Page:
Rada was, between 1906 and 1914, the only Ukrainian language daily paper. The Society of Ukrainian Progressives had been formed out of a series of shortlived clandestine Ukrainian political groups - the Brotherhood of Taras (formed in 1891), which gave way in 1897/8 to the General Ukrainian Non-Party Democratic Organisation which, in 1904, became the Ukrainian Democratic Party which, in 1905, fused with its own breakaway, the Ukrainian Radical Party to form the Ukrainian Radical Democratic Party. Also associated with the TUP (the Progressives) was the Ukrainian Social Democratic Party, formed out of the Revolutionary Ukrainian Party which was another derivative from the Non-Party Democratic Organisation. The Ukrainian Social Democratic Party included among its leadership Dmytro Dontsov who was to become a leading theorist of Ukrainian Fascism in Polish Galicia in the 1920s, together with Volodomyr Vynnychenko and Simon Petliura. Petliura in particular was part of the editorial secretariat of Rada and, together with Vynnychenko, of the elected council of the TUP. (9)

(9) This account was put together out of the relevant entries in the online Encyclopaedia of Ukraine.


Struve's confrontation with Ukrainian nationalism began in earnest in 1911. He seems to have accepted Jabotinsky's view that the national question needed to be addressed and to have invited him to contribute an article - The Jews and their attitude - to his own paper, Russkaia Mysl', in January 1911. But Jabotinsky's argument that the Great Russians were only a minority in a country made up of national minorities, and that the Jews knew very little about the Great Russians - their main experience was of Little Russians and Belorussians - prompted a speedy reply repudiating the term 'Great Russian' and insisting instead on the term 'All-Russian' - a single nation with regional variations.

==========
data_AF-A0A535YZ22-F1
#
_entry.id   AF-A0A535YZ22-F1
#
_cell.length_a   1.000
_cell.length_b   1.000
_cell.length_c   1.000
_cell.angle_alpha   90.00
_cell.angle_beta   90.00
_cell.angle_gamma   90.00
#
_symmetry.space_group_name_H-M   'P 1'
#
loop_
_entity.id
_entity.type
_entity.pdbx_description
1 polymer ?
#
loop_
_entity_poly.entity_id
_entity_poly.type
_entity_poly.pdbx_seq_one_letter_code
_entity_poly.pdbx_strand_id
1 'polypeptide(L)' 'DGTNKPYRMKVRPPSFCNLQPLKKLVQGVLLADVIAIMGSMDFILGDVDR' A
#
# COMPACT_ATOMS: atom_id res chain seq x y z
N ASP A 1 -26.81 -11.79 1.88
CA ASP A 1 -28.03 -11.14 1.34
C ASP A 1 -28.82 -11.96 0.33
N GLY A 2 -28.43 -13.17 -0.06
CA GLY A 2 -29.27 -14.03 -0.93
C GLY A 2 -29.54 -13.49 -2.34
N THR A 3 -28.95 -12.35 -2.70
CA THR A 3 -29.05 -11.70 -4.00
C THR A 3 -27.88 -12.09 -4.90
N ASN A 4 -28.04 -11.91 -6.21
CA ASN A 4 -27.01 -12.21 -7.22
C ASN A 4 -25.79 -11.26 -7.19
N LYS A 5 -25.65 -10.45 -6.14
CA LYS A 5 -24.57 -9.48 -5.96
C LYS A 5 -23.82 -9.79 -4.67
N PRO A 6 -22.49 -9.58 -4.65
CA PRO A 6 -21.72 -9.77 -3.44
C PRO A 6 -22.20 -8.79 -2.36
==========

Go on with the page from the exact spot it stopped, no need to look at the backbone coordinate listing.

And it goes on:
Through 1911, as the debate was joined by a Ukrainian separatist writing anonymously, it turned on the question of language, Struve insisting that Russian, which had already established itself as a language of culture, had to be the 'koine', or common language, and that Ukrainian, in its different varieties, could never be anything other than a colourful regional patois. The case was developed in a major essay in 1912 on The Common Russian culture and Ukrainian particularism. Andriewsky suggests that the debate may have inspired Lenin, always attentive to whatever Struve might be doing, to write his own Theses on the National Question (1913). This was closely followed by Stalin's Marxism and the national question which endorses Ukrainian national autonomy, comparing the relationship between Ukraine and Russia with the relationship between Ireland and Britain: